Good luck, sweetie! You put your first choice right up top! I said, smirking to myself.

Even my mother acknowledged my plan was brilliant. This way, he’ll be happy when he ends up at Cornell, she said. He’ll know he wasn’t missing out on anything. He won’t have residual anger toward you. Win!

So we clicked ‘certify’ and sent the little list off into the oblivion of the Internet. And then a few more facts started coming to light.

First, that Dave had had a few professors and administrators make some calls on his behalf. OK, I reasoned, I hadn’t totally remembered that lobbying the program I felt conflicted, at best, about was part of the plan, but whatevs. How much damage could it do?

And then Dave got an email from the top-ranked internal medicine program in the country telling him he was one of their top picks and would be guaranteed a spot there if he decided he was interested in attending.

That one threw me for a loop. Because if that little school in Baltimore wants Dave, there’s probably at least a sliver of a possibility the Boston one isn’t going to turn up their nose at him.

I tossed and turned and freaked out and cried and screamed and cried some more and did extensive Mediabistro searches on job listings in Boston. And then I just kind of took a deep breath and calmed the fuck down. Because there’s not really much else to do right now.

Match is a double-edged sword like that. All the things that make it so hard and scary also make it strangely comforting too, if you let them. After all: there’s nothing for me to do. There are no boxes to pack yet. There are no jobs to search for. There might be mattresses to buy, but it’s probably better to wait for the inevitable Memorial Day sales.

Right now, everything is possible. In two weeks, that sense of possibility will be firmly slammed shut, replaced with just one name in an envelope. But today, it’s all blank slate and open air. So I’m left with only one path forward: embrace the unknown, trust in fate, bury myself in denial – whatever you want to call it. Either way, it should be the most carefree 14 days of my life.

speaking of bitching about match…
February 10, 2011

I made the unfortunate mistake yesterday of drifting down into the rabbit’s hole that is the “Wife of a Doctor” blog scene. To be honest, I didn’t even know such a scene existed until an intriguingly-titled link popped up in my Google Reader – then poof, there I was, two hours later, reading about some wife of a first year med student in Texas who drilled her husband with flash cards before his big exam while he was sick in the bathroom. Say what? Like, I like Dave, but I don’t really want to be involved in anything that involves his vomit or his studying, let alone a combination of the two.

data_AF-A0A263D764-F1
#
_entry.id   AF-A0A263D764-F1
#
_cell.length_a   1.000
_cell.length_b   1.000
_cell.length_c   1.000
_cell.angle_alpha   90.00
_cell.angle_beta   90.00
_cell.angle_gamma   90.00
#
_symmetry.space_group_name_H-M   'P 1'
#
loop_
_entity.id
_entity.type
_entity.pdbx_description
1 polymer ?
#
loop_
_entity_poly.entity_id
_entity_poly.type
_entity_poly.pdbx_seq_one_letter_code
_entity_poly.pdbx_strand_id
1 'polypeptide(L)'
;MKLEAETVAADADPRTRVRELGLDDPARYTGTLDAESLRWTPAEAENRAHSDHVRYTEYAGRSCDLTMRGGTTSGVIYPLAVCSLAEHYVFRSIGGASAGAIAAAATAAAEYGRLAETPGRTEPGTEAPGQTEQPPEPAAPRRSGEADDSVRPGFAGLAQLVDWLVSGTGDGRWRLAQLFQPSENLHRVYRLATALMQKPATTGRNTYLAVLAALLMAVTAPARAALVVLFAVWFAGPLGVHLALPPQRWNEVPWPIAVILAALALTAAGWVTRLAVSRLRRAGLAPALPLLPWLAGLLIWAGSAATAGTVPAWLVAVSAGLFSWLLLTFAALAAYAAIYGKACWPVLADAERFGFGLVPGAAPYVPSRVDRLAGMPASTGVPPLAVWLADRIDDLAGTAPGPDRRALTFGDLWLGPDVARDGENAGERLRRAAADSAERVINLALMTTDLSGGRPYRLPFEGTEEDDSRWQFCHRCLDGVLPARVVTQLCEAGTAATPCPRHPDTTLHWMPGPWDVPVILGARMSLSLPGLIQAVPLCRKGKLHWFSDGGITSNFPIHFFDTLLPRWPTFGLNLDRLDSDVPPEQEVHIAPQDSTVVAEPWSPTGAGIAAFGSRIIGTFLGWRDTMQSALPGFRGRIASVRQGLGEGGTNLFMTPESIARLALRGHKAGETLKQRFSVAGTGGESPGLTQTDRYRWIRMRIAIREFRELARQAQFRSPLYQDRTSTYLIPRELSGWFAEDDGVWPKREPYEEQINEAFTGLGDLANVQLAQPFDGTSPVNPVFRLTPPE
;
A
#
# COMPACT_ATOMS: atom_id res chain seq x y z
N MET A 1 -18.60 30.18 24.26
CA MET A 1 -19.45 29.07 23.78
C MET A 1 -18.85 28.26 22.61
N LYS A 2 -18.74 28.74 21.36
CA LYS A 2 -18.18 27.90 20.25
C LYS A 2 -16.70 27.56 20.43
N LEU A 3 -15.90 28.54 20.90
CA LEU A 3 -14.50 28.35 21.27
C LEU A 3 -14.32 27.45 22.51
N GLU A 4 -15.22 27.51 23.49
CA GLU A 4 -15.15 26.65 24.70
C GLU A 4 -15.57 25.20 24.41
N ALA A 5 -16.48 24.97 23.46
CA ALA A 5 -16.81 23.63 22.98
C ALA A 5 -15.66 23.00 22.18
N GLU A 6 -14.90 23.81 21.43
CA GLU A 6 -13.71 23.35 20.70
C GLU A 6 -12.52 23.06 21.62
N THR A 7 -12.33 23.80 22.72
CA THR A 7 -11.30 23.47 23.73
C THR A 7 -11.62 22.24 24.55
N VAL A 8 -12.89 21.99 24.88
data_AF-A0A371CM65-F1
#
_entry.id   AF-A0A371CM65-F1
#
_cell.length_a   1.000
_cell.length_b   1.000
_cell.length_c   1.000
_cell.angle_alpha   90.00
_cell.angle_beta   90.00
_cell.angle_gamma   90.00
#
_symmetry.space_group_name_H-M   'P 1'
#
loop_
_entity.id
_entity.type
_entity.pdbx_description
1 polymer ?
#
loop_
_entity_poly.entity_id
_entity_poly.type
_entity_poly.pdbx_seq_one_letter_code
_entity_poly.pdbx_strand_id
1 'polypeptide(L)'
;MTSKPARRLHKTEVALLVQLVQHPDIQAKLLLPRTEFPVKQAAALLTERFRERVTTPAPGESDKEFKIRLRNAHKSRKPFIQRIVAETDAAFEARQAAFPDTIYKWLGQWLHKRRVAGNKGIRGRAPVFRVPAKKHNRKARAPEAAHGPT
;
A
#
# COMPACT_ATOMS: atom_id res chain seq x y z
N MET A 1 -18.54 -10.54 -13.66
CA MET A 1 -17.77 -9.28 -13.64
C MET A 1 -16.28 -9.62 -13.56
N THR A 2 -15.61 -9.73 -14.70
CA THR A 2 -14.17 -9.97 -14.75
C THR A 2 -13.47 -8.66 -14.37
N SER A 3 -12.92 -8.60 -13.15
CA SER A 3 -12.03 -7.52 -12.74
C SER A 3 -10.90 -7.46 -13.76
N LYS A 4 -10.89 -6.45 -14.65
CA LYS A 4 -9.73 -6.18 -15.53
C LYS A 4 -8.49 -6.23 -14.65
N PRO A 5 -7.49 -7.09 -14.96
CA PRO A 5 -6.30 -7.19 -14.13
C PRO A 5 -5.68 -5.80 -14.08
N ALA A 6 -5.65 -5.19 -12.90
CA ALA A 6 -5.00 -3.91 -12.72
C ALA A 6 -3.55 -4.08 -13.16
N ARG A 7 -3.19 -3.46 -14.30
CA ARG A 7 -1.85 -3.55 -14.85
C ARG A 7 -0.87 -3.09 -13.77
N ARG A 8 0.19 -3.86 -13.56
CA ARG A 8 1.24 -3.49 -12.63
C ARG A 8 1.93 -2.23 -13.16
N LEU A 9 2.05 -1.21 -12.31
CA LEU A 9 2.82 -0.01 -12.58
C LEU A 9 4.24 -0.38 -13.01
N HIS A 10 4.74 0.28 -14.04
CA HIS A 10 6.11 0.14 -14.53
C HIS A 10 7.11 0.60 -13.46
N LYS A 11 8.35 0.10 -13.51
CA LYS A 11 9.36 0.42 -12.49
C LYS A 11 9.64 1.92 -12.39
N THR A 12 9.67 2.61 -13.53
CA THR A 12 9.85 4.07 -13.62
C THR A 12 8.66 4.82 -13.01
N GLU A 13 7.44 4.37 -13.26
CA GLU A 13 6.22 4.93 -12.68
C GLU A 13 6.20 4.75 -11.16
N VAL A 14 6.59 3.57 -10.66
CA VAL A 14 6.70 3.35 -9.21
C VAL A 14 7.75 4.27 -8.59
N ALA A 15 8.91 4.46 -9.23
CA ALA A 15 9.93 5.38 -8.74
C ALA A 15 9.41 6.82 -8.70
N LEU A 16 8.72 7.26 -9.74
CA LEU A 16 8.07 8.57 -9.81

The whole genre seems eerily close to that of the Army Wife, with a few more Indians. And yet…even though Dave and I spent a solid half hour reading each other quotes from a Significant Others message board, even though I laughed and laughed and joked about how, um, different from me, these ladies seemed to be, the truth is that I’m envious of many of their characteristics: their empathy, their selflessness, their capacity for sacrifice. It made me wish – for both my sake and Dave’s – that maybe I could just not be so me all the time.

Instead of having trouble with Change and New Things, I could be open to cross-country moves and new settings. Instead of needing lots of friends! around all the time!, I could adjust to the solitude and simply learn to be satisfied with this boy I’ve chosen to spend the rest of my life with. Instead of craving an office and colleagues, I could relish in working from home, in my PJs, with my puppy, day in and day out. Instead of pursuing a career in an industry that’s dying a slow, painful, semi-embarrassing death, I could opt for one that’s lucrative, one that could actually support us when he’s in school. Instead of wanting a voice in this residency process, I could leave it all up to him, and just tag along, like obliging and supportive significant others do all. the. freaking. time.

I could do what’s practical, I could do what’s wife-ly. Except, of course, we’re not married yet. And I’m not that kind of girl.

For whatever reason, I just can’t keep my mouth shut on this one. I want him to do well in his career, I want him to do well in this match – but I want to do well too. With my career – and with my life.